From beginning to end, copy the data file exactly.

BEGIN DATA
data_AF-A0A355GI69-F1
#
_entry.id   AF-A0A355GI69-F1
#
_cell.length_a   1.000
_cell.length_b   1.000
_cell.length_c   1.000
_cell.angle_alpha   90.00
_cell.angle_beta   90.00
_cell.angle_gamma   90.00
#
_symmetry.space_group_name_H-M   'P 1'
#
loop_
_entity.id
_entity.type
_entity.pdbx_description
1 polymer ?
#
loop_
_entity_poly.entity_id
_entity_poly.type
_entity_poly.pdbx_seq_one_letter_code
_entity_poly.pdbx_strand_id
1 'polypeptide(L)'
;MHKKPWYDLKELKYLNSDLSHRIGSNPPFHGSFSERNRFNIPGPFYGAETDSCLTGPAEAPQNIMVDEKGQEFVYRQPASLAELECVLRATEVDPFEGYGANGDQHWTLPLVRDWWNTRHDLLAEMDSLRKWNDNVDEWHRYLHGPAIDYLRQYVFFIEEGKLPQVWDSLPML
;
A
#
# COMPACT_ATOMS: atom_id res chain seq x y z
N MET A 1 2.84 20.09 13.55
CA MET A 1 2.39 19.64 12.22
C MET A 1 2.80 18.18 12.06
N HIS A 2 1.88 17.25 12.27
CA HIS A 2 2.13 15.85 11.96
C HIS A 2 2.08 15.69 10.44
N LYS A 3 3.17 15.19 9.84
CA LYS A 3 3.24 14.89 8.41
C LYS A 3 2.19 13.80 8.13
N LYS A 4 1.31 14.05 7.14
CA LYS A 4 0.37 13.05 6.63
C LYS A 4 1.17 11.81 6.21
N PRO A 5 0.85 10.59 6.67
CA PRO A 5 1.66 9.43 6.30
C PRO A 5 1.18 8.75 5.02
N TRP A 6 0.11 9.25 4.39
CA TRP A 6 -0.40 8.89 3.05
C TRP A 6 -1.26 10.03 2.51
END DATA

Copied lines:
data_AF-A0A355GI69-F1
#
_entry.id   AF-A0A355GI69-F1
#
_cell.length_a   1.000
_cell.length_b   1.000
_cell.length_c   1.000
_cell.angle_alpha   90.00
_cell.angle_beta   90.00
_cell.angle_gamma   90.00
#
_symmetry.space_group_name_H-M   'P 1'
#
loop_
_entity.id
_entity.type
_entity.pdbx_description
1 polymer ?
#
loop_
_entity_poly.entity_id
_entity_poly.type
_entity_poly.pdbx_seq_one_letter_code
_entity_poly.pdbx_strand_id
1 'polypeptide(L)'
;MHKKPWYDLKELKYLNSDLSHRIGSNPPFHGSFSERNRFNIPGPFYGAETDSCLTGPAEAPQNIMVDEKGQEFVYRQPASLAELECVLRATEVDPFEGYGANGDQHWTLPLVRDWWNTRHDLLAEMDSLRKWNDNVDEWHRYLHGPAIDYLRQYVFFIEEGKLPQVWDSLPML
;
A
#
# COMPACT_ATOMS: atom_id res chain seq x y z
N MET A 1 2.84 20.09 13.55
CA MET A 1 2.39 19.64 12.22
C MET A 1 2.80 18.18 12.06
N HIS A 2 1.88 17.25 12.27
CA HIS A 2 2.13 15.85 11.96
C HIS A 2 2.08 15.69 10.44
N LYS A 3 3.17 15.19 9.84
CA LYS A 3 3.24 14.89 8.41
C LYS A 3 2.19 13.80 8.13
N LYS A 4 1.31 14.05 7.14
CA LYS A 4 0.37 13.05 6.63
C LYS A 4 1.17 11.81 6.21
N PRO A 5 0.85 10.59 6.67
CA PRO A 5 1.66 9.43 6.30
C PRO A 5 1.18 8.75 5.02
N TRP A 6 0.11 9.25 4.39
CA TRP A 6 -0.40 8.89 3.05
C TRP A 6 -1.26 10.03 2.51